By Jodie Lynn
I am pregnant with my first baby and would really like to continue to exercise right up to the time of delivery, if possible. Of course, I realize I may need to slow down a little, especially during my last trimester. What should I change during this period? Are there certain running and weightlifting activities to avoid during these last few weeks?
ANSWER FROM READER:
I started running in middle school and continued through most of college. Once I got married, it seemed like it did not fit into my busy schedule so unfortunately, it was several years before I picked it up again. I was running around two miles, five days a week when I became pregnant with my first child. My OBGYN had me cut it way down during my first trimester, especially since I had never been pregnant before and needed to be monitored. Beginning at the end of my fourth month, my doctor allowed me to run a little more. I worked on it slowly and built it back up to one mile seven days a week. Each time I tried to do more, everything started hurting, then I had to take a couple of weeks off and start all over again. I did find a sports doctor who specialized in helping pregnant women find a comfortable exercise routine and he provided me with stretching regiments that helped immensely before and after running. He also taught me a few strength training routines that seemed to help my stamina. I had to switch to a new OBGYN simply because the first one refused to work with my sports physician. The new doctor had no problem keeping in contact with the sports doctor, if either one had a concern. Everything worked out well for me but each person needs to be treated for their individual situation. - Ashely A. in San Diego, CA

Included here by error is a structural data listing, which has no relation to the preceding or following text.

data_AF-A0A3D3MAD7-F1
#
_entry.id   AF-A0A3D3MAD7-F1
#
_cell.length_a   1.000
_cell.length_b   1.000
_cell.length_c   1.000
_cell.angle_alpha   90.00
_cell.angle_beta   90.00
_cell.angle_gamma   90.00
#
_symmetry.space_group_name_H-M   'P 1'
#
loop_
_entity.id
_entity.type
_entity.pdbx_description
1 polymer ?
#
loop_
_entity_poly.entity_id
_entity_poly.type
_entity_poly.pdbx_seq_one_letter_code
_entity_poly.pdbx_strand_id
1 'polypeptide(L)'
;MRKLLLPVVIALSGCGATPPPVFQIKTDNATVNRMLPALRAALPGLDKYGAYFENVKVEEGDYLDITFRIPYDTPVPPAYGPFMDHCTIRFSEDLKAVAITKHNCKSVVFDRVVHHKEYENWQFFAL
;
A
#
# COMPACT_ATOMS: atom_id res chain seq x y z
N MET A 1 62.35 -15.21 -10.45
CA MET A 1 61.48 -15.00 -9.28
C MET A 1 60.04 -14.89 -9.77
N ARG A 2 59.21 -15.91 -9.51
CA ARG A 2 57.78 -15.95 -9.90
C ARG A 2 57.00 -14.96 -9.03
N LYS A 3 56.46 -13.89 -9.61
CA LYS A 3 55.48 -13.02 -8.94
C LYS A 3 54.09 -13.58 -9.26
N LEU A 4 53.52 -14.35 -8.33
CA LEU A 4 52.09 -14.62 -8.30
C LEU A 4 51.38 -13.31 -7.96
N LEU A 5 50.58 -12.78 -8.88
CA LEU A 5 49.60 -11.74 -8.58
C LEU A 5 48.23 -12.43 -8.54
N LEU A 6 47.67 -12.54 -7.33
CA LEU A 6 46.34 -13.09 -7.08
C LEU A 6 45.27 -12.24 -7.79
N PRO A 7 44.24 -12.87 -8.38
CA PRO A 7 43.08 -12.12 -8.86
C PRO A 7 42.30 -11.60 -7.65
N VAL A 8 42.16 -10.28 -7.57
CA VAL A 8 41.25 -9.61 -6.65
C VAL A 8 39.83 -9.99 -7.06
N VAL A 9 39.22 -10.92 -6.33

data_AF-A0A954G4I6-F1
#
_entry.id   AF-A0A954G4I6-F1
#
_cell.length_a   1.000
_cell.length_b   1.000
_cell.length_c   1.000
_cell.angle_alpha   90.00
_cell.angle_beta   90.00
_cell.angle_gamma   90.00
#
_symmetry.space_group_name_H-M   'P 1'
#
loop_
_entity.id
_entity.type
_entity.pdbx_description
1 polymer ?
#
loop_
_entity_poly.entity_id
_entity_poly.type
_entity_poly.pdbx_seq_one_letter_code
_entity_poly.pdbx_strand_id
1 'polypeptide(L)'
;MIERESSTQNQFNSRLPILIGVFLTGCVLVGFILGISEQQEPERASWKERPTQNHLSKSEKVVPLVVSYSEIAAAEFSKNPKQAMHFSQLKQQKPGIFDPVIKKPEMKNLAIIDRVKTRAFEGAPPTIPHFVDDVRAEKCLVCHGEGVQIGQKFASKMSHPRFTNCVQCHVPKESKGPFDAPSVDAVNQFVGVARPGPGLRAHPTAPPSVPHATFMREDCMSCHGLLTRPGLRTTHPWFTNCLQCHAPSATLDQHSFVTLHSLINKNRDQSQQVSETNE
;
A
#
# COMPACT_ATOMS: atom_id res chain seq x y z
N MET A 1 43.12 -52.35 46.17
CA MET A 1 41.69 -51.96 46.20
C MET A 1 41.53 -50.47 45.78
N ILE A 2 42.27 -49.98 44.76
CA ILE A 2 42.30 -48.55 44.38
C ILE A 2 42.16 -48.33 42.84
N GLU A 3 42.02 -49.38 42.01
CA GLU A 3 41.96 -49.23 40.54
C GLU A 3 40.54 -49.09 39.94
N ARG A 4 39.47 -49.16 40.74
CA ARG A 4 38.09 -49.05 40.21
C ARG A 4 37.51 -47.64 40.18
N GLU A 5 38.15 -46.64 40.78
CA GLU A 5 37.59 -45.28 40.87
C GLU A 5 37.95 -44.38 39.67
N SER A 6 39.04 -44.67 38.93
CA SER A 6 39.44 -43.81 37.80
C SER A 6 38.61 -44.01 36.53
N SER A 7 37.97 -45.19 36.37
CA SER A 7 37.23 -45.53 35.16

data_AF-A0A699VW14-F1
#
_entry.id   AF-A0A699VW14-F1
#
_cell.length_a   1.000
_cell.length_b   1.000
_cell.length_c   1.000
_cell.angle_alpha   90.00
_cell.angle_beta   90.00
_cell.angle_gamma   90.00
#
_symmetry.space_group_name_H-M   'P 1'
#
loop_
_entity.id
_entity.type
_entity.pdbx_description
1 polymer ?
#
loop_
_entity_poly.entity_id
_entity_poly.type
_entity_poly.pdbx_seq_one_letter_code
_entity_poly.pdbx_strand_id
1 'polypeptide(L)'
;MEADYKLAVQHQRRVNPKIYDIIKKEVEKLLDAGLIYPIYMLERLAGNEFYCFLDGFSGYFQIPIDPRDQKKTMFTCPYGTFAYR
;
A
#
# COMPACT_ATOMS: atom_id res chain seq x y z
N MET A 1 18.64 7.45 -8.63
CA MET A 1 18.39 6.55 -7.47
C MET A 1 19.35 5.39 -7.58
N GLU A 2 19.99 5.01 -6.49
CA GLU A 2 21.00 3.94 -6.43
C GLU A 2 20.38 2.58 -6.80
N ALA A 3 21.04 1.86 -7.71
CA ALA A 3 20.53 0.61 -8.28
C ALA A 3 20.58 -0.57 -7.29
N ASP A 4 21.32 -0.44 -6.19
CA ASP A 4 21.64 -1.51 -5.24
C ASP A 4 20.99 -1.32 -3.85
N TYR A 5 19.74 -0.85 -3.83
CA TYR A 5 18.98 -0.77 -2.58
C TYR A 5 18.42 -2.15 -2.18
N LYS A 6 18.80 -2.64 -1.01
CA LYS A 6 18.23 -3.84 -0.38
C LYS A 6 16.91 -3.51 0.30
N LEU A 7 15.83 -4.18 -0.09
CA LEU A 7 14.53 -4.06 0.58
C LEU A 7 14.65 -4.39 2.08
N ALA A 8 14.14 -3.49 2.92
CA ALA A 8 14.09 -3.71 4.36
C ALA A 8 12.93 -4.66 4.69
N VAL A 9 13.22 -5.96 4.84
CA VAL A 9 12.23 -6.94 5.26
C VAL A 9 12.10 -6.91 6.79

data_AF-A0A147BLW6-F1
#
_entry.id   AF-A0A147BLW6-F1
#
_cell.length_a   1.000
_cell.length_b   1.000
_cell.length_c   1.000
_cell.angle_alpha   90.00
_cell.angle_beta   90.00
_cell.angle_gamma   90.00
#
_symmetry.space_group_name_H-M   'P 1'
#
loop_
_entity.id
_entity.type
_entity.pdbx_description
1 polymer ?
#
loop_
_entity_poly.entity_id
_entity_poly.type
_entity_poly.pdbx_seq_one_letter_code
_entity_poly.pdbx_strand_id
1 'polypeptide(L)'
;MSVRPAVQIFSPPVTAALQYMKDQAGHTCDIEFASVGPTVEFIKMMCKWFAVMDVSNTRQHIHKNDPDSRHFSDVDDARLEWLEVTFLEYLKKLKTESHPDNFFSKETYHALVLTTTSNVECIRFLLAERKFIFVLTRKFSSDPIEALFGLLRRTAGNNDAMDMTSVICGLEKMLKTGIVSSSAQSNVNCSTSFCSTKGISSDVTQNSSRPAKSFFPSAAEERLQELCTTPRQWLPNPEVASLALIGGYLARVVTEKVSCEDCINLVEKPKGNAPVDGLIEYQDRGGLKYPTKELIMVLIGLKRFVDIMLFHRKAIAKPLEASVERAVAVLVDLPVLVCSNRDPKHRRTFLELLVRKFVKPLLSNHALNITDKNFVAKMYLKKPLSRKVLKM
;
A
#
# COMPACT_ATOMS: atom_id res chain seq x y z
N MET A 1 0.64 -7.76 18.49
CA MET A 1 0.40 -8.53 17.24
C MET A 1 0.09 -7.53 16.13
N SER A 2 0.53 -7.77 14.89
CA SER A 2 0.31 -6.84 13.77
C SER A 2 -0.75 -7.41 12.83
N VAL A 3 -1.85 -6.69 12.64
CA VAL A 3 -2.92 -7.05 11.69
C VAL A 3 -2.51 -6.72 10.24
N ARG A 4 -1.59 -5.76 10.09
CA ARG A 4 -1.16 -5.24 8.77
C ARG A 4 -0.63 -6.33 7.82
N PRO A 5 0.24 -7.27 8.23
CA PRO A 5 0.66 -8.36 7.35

If you have been exercising for a while now, you are well aware of what your body can and cannot handle under normal circumstances. Of course, pregnancy adds many new variables to the mix. Either way, this is an excellent health question but needs to be addressed by a qualified medical professional for your specific situation. Sometimes, we feel that our OBGYN might be lacking when it comes to knowing what today's pregnant moms can pursue when it comes to exercising during pregnancy. Talking with a sports physician who specializes in exercising plans for pregnant women might be a helpful alternative, but as suggested above, your current doctor needs to be aware of it. The two physicians must be in communication with each other. I feel that your current doctor is the one who has monitored you and your baby up to now and knows how you are doing. Unless you have the time and money to go in a different direction, just enjoy the last trimester and exercise in moderation to ensure the best outcome for the baby and yourself.
CAN YOU HELP?
My three-year-old insists on sucking his thumb and I am scared to death it's going to be detrimental to the shape of his teeth and mouth. Any tips to help change this habit would be welcome.
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